Renowned Jewish history scholar at York and community leader Irving Abella (right) will participate in a panel about Global Anti-Semitism June 13 at the annual Canadian Jewish Congress (CJC) 27th Plenary Assembly in Ottawa.
Abella is currently York’s J. Richard Shiff Professor of Canadian Jewish Studies. He is the author of several books, including A Coat of Many Colours: Two Centuries of Jewish Life in Canada, and is the co-author of None Is Too Many: Canada and the Jews Of Europe 1933-1948, chronicling the anti-Semitism of that period in Canada and this country’s shameful record of closing its doors to Jewish refugees. None Is Too Many was the winner of the 1983 National Jewish Book Award and winner of the 1983 Sir John A. Macdonald Prize in Canadian History.
Joining Abella on the panel will be internationally renowned expert on Jewish affairs Elan Steinberg, executive vice-president of the World Jewish Congress. Federal Justice Minister Irwin Cotler is the keynote speaker at the Global Anti-Semitism session.
For more information on the program, click here.
About Irving Abella
In September 1998, Abella delivered the inaugural lecture of the J. Richard Shiff Professor of Canadian Jewish Studies at York. The lecture, “Canadian Jewry: Past, Present and Future”, highlighted the role of Jews in Canadian society and the mystique surrounding their contribution to business, politics and culture in both pre- and post-Confederation Canada.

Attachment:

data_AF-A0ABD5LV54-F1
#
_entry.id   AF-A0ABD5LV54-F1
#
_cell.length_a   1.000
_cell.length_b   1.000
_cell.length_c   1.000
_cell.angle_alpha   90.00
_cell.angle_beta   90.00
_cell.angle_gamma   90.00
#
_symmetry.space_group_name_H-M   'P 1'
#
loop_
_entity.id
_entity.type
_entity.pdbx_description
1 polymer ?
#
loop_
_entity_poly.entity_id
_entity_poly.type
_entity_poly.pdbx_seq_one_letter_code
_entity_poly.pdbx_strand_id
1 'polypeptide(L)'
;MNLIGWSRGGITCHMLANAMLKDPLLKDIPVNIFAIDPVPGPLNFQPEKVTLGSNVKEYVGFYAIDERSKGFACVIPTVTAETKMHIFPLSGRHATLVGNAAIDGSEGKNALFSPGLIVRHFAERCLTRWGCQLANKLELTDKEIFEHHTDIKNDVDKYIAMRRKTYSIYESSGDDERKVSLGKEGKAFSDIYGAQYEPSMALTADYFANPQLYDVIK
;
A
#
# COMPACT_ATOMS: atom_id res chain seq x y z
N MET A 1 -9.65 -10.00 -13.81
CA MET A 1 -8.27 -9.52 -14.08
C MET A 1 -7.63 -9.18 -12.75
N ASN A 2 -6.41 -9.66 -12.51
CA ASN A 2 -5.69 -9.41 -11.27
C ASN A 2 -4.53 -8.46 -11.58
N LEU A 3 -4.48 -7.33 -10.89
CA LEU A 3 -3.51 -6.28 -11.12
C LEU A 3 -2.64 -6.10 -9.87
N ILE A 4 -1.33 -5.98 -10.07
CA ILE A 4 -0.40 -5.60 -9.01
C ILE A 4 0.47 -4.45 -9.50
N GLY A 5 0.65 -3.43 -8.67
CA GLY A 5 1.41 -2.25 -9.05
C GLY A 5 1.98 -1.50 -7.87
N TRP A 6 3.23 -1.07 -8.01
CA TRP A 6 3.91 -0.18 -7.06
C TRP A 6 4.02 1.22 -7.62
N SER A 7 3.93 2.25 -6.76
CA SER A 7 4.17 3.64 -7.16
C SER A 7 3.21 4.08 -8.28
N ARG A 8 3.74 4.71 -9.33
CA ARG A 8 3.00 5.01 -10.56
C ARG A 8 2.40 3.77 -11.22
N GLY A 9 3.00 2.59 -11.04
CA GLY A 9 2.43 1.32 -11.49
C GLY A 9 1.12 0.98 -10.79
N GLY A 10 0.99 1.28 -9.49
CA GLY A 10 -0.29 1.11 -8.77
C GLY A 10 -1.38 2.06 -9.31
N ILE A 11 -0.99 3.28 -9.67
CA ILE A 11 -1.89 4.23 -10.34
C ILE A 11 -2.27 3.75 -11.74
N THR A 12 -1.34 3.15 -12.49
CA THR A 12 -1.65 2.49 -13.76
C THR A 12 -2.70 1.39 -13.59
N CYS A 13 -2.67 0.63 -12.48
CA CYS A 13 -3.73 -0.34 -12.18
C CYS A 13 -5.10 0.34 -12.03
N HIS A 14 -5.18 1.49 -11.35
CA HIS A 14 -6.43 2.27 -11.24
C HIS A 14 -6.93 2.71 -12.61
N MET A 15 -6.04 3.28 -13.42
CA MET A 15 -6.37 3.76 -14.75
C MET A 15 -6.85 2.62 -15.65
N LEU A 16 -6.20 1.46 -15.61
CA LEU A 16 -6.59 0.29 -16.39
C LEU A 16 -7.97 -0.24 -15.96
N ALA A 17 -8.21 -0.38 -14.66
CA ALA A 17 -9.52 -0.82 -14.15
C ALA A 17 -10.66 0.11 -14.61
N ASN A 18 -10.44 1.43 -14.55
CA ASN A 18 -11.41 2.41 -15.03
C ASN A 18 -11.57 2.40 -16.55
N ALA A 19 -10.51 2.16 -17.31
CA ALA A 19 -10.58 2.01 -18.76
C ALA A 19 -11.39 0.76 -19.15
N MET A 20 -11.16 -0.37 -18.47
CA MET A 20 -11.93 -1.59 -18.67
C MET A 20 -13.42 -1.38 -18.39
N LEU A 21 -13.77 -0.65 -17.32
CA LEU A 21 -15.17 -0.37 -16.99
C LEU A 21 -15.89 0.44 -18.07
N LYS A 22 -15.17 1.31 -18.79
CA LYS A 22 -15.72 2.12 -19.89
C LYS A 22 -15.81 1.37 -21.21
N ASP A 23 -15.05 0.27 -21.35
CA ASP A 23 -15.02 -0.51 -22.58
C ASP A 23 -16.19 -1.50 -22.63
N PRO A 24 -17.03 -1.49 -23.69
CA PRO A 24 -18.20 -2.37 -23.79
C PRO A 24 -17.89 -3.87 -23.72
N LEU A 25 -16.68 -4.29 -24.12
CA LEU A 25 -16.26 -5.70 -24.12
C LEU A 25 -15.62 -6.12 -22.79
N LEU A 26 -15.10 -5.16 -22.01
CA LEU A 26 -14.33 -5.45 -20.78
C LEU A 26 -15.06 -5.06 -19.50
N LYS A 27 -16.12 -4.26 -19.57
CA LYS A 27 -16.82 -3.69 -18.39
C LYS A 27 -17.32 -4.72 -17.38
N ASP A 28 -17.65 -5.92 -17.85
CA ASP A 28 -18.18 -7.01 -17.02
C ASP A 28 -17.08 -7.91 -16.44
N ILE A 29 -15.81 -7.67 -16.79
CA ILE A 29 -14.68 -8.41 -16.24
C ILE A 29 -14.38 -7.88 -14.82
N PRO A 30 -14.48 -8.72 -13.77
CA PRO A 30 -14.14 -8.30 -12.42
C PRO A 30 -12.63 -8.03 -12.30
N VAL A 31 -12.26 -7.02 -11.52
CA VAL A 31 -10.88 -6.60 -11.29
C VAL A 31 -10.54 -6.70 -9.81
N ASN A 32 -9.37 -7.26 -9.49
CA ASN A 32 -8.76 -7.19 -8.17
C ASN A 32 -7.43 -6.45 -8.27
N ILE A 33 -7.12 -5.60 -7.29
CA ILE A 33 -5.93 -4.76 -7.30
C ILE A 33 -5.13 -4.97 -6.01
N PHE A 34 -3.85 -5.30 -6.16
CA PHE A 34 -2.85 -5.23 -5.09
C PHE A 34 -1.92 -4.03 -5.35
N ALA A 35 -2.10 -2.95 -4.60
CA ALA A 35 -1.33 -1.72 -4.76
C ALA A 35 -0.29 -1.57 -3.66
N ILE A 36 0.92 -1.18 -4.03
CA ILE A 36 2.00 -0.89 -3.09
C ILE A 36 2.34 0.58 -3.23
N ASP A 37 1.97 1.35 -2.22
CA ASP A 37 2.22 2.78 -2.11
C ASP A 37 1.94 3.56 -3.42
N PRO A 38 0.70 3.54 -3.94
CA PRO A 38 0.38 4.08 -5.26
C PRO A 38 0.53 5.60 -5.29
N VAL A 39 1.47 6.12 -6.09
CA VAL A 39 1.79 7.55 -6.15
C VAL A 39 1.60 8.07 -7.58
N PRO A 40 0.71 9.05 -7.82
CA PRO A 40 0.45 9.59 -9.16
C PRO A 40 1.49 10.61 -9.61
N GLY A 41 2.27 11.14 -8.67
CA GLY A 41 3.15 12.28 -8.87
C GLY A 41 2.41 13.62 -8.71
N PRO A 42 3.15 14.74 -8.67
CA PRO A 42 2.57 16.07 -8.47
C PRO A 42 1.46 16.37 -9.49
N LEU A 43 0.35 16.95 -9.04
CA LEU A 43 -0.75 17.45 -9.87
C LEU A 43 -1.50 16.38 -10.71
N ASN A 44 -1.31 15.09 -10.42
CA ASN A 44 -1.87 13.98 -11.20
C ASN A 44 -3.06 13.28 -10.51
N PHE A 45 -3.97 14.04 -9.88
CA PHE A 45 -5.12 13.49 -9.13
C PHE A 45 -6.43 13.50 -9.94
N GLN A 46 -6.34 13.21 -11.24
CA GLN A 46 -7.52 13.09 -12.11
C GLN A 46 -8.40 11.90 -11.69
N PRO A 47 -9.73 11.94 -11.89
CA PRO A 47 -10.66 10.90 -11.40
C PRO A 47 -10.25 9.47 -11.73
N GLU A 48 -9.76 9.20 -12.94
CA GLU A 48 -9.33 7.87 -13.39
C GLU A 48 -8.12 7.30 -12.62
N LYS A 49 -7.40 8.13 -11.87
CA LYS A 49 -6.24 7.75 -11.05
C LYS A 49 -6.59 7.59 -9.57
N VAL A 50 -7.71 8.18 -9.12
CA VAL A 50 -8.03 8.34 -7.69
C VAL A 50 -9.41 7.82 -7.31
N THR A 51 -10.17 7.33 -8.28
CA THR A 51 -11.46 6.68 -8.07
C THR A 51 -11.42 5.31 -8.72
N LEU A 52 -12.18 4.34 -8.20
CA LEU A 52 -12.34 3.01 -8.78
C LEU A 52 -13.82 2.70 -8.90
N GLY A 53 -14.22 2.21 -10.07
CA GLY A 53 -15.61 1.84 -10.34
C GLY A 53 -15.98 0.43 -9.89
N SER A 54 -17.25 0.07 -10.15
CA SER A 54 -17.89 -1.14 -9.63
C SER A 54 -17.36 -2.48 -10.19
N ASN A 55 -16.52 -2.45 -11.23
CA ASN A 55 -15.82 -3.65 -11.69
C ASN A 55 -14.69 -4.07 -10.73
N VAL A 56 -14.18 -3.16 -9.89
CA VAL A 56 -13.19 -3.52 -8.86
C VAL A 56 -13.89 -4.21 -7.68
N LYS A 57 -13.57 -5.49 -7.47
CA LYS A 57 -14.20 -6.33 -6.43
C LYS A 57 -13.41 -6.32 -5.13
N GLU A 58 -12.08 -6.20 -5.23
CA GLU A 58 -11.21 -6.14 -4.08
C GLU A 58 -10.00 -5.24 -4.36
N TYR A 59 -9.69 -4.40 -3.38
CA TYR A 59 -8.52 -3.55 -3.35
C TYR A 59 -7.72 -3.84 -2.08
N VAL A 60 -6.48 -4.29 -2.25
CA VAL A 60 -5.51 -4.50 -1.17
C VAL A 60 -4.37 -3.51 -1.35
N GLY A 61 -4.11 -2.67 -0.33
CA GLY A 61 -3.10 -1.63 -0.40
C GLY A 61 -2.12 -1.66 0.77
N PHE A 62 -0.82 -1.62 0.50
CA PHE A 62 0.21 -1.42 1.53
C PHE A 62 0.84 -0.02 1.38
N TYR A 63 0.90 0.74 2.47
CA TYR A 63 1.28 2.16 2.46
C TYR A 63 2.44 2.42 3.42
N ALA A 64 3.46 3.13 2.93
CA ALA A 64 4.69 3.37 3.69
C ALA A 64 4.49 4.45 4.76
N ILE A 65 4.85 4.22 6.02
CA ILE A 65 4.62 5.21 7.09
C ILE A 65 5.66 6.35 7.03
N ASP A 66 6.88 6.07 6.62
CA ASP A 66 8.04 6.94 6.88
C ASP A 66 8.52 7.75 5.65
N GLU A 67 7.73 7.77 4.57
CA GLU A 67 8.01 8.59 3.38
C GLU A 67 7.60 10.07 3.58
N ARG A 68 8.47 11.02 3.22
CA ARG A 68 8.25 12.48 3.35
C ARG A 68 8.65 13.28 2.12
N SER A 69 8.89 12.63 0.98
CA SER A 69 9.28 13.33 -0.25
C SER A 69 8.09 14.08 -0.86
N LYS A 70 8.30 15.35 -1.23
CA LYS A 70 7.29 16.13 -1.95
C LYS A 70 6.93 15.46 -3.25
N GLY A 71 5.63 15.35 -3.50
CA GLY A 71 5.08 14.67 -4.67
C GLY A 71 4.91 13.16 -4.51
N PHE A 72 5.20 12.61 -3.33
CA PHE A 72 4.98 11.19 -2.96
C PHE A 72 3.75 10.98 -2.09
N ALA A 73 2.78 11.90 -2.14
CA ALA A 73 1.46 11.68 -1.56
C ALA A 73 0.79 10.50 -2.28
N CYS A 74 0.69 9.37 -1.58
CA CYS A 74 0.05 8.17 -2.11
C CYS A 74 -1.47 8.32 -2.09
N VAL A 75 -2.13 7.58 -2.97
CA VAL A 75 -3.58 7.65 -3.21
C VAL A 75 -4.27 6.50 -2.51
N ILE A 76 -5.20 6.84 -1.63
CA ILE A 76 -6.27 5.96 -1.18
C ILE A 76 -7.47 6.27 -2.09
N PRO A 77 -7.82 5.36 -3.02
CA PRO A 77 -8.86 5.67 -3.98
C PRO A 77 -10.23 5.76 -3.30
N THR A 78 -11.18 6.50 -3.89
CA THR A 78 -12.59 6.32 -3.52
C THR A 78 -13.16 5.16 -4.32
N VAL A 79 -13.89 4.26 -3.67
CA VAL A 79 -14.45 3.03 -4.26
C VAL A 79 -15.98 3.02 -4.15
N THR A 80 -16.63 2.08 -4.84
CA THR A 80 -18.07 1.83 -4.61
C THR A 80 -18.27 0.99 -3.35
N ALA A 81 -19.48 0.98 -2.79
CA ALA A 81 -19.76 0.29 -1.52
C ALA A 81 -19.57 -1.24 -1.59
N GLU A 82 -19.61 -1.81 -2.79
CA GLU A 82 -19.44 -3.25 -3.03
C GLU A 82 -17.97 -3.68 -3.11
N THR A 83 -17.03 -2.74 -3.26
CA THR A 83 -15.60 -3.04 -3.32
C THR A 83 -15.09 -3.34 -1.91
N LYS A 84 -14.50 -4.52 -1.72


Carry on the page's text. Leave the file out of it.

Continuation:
Right: Abella’s award-winning book
As Shiff Professor since 1998, Abella has undertaken the job of more closely connecting the academic world of Jewish studies with the greater community through research, teaching and outreach projects. The professorship was endowed in December 1997 by lawyer, real-estate developer and philanthropist J. Richard Shiff, along with a number of other donors, to serve York’s Centre for Jewish Studies and the Department of History.
Abella has earned numerous distinctions and honours, including the Order of Canada, Fellow of the Royal Society of Canada, Guggenheim Fellowship and several Canada Council awards. He was president, and is now Chair, of the Board of Governors of the CJC and was a member of the academic advisory committee for the Holocaust Gallery at the Canadian Museum of Civilization in Ottawa. In addition, in 1999 he became president of the Canadian Historical Association (CHA), the first Jewish head of the CHA in its 85-year history. Abella is also Chair of Vision TV.